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Tornado Safety

A tornado is a tube of spinning air that forms from a thunderstorm and touches the ground. Tornadoes are dangerous. They can knock down buildings, uproot trees, move vehicles and destroy things in their path. Heavy rains, lightning, flash flooding and hail are possible. Tornadoes can happen anywhere. Prepare now so you can stay safe.

Know the difference!

Tornado icon

A tornado WATCH means tornadoes are possible in and near your area. Be ready to act fast!

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A tornado WARNING means Take Action! A tornado is near. There is danger. Move to safe location right away.

What Should You Do Before a Tornado?

Tornado and stormy skies

Find Shelter Locations from High Winds in the Places Where You Spend a Lot of Time

  • Find a safe room built to withstand high winds. The next best protection is a small room with no windows on the lowest level of a sturdy building.
  • Mobile, manufactured, trailer homes and recreational vehicles (RVs) are not safe in high wind events. Plan ahead by finding a sturdy building to shelter in before a tornado watch or warning.

Practice Tornado Drills

  • With your entire household, practice moving quickly to the safe locations that you identified.
  • Create a personal support team of people you may assist and who can assist you.
  • If you live in a mobile home, practice going to a safe place.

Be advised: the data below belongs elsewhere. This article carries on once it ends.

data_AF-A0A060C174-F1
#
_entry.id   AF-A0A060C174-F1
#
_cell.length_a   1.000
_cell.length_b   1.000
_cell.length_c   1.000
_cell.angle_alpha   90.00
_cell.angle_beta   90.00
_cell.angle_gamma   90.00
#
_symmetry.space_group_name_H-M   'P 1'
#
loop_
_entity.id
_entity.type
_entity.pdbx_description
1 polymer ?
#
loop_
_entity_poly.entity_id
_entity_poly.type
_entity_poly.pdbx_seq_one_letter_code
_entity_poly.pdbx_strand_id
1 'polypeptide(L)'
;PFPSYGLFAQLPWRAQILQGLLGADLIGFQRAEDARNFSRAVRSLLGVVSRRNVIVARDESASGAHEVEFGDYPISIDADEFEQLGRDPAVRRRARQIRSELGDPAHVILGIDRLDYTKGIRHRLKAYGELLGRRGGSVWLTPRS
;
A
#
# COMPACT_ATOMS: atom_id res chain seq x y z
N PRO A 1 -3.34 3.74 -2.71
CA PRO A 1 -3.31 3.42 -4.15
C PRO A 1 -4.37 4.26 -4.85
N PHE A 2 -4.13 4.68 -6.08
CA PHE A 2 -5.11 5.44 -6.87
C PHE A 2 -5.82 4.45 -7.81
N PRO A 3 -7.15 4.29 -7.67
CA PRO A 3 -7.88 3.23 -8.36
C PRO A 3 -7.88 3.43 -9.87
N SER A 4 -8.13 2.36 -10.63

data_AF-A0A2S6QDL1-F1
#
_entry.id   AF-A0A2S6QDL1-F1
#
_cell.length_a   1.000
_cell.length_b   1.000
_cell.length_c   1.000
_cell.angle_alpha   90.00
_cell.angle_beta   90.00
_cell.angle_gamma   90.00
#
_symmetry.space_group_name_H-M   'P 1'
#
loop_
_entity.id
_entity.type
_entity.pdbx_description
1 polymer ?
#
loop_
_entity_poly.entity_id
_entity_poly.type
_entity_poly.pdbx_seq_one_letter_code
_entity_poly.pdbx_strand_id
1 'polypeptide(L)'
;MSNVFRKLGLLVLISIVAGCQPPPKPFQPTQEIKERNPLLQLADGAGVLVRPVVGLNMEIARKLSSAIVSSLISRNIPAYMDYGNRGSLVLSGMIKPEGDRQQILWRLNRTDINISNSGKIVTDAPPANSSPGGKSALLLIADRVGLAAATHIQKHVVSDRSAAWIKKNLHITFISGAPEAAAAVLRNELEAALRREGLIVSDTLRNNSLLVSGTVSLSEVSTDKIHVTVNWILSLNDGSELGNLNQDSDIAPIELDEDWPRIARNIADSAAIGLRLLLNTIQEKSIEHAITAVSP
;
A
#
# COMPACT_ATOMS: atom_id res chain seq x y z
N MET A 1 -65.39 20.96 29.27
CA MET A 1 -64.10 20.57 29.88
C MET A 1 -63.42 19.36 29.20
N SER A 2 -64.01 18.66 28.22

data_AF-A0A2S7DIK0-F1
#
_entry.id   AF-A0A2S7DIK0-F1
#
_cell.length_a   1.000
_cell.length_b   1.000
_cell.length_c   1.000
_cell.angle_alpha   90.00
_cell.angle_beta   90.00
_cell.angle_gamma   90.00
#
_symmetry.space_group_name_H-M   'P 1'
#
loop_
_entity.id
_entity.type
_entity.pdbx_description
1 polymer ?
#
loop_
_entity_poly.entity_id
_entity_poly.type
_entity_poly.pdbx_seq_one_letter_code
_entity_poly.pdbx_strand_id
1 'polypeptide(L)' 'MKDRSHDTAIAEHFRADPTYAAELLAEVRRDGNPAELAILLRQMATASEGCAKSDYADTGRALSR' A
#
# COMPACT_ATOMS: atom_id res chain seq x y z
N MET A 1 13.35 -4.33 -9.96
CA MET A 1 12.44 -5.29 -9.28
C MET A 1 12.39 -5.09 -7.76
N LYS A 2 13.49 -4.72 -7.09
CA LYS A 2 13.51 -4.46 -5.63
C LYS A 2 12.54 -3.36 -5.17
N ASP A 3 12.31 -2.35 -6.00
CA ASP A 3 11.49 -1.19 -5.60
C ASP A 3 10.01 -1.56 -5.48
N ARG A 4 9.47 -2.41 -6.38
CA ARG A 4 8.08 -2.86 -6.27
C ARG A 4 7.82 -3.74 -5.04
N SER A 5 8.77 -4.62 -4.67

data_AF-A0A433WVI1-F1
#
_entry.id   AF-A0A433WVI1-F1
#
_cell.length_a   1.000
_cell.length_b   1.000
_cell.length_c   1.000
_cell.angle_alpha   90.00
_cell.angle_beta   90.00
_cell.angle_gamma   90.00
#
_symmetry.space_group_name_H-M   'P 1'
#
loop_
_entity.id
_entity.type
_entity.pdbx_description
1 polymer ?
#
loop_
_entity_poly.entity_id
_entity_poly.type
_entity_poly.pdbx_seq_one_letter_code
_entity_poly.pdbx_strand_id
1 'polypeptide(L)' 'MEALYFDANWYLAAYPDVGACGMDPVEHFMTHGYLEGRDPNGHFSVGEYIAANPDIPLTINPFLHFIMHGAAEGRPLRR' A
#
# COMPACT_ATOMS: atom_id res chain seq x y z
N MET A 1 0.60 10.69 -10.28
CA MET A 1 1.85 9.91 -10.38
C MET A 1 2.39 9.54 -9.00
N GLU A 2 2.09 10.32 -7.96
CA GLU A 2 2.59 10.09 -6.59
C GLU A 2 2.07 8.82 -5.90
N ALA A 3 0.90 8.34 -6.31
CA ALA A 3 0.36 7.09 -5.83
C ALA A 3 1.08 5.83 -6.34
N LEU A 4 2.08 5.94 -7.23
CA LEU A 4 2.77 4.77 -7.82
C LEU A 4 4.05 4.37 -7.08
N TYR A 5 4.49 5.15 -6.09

Plan to Stay Connected

  • Sign up for free emergency alerts from your local government.
  • Plan to monitor local weather and news.
  • Have a backup battery or a way to charge your cell phone.
  • In case of a power outage, have a battery-powered radio.
  • Know the difference:
    • Tornado Watch: Be Prepared! Tornadoes are possible in and near the watch area. Be ready to act fast!
    • Tornado Warning: Take Action! A tornado is near. There is danger. Move to safe location right away.
  • You may not always receive a tornado warning. Know the signs of a tornado. Take shelter if you feel you are in danger.

Gather Emergency Supplies

  • Gather food, water, and medicine.  Stores and pharmacies might be closed. Organize supplies into a Go-Kit and a Stay-at-Home-Kit:
    • Go-Kit: at least 3 days of supplies that you can carry with you. Include batteries and chargers for your devices (cell phone, CPAP, wheelchair, etc.)
    • Stay-at-Home Kit: at least 2 weeks of supplies. 
  • Have a 1-month supply of medication in a child-proof container, and other needed medical supplies or equipment. 
  • Keep personal, financial, and medical records safe and easy to access (hard copies or securely backed up). Consider keeping a list of your medications and dosages on a small card to carry with you.

Learn Emergency Skills

  • Learn First Aid and CPR to help others. 
  • Be ready to live without power. Utilities may be offline. Be ready to live without power, gas, and water. Plan for your electrical needs, including cell phones and medical equipment. Talk to your doctor. Plan for backup power.